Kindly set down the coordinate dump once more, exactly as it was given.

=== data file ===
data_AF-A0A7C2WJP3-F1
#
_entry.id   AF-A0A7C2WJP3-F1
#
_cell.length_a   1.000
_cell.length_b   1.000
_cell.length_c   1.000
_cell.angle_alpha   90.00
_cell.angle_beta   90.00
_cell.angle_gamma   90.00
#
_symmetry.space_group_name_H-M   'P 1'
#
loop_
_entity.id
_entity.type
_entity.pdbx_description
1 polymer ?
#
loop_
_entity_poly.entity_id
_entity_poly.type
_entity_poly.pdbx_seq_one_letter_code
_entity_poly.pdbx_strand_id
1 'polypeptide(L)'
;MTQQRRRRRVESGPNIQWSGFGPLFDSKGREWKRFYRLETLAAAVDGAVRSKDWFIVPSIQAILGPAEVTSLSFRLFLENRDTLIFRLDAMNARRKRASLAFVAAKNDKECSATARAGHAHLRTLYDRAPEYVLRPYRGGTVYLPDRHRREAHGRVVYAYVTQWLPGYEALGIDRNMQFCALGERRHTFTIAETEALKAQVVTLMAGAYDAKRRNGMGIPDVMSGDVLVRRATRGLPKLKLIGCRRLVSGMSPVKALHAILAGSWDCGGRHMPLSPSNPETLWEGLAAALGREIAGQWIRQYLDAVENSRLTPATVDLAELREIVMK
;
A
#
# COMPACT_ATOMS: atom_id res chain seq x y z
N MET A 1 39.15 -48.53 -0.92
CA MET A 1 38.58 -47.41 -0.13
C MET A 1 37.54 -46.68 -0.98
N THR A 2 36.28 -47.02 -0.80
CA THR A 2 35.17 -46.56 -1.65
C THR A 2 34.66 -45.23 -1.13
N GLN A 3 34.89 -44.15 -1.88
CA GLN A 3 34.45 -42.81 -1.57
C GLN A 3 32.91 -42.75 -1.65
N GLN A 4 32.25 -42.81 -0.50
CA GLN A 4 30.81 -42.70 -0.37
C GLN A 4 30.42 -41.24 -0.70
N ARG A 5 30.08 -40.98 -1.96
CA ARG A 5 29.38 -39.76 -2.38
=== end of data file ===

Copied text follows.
data_AF-A0A7C2WJP3-F1
#
_entry.id   AF-A0A7C2WJP3-F1
#
_cell.length_a   1.000
_cell.length_b   1.000
_cell.length_c   1.000
_cell.angle_alpha   90.00
_cell.angle_beta   90.00
_cell.angle_gamma   90.00
#
_symmetry.space_group_name_H-M   'P 1'
#
loop_
_entity.id
_entity.type
_entity.pdbx_description
1 polymer ?
#
loop_
_entity_poly.entity_id
_entity_poly.type
_entity_poly.pdbx_seq_one_letter_code
_entity_poly.pdbx_strand_id
1 'polypeptide(L)'
;MTQQRRRRRVESGPNIQWSGFGPLFDSKGREWKRFYRLETLAAAVDGAVRSKDWFIVPSIQAILGPAEVTSLSFRLFLENRDTLIFRLDAMNARRKRASLAFVAAKNDKECSATARAGHAHLRTLYDRAPEYVLRPYRGGTVYLPDRHRREAHGRVVYAYVTQWLPGYEALGIDRNMQFCALGERRHTFTIAETEALKAQVVTLMAGAYDAKRRNGMGIPDVMSGDVLVRRATRGLPKLKLIGCRRLVSGMSPVKALHAILAGSWDCGGRHMPLSPSNPETLWEGLAAALGREIAGQWIRQYLDAVENSRLTPATVDLAELREIVMK
;
A
#
# COMPACT_ATOMS: atom_id res chain seq x y z
N MET A 1 39.15 -48.53 -0.92
CA MET A 1 38.58 -47.41 -0.13
C MET A 1 37.54 -46.68 -0.98
N THR A 2 36.28 -47.02 -0.80
CA THR A 2 35.17 -46.56 -1.65
C THR A 2 34.66 -45.23 -1.13
N GLN A 3 34.89 -44.15 -1.88
CA GLN A 3 34.45 -42.81 -1.57
C GLN A 3 32.91 -42.75 -1.65
N GLN A 4 32.25 -42.81 -0.50
CA GLN A 4 30.81 -42.70 -0.37
C GLN A 4 30.42 -41.24 -0.70
N ARG A 5 30.08 -40.98 -1.96
CA ARG A 5 29.38 -39.76 -2.38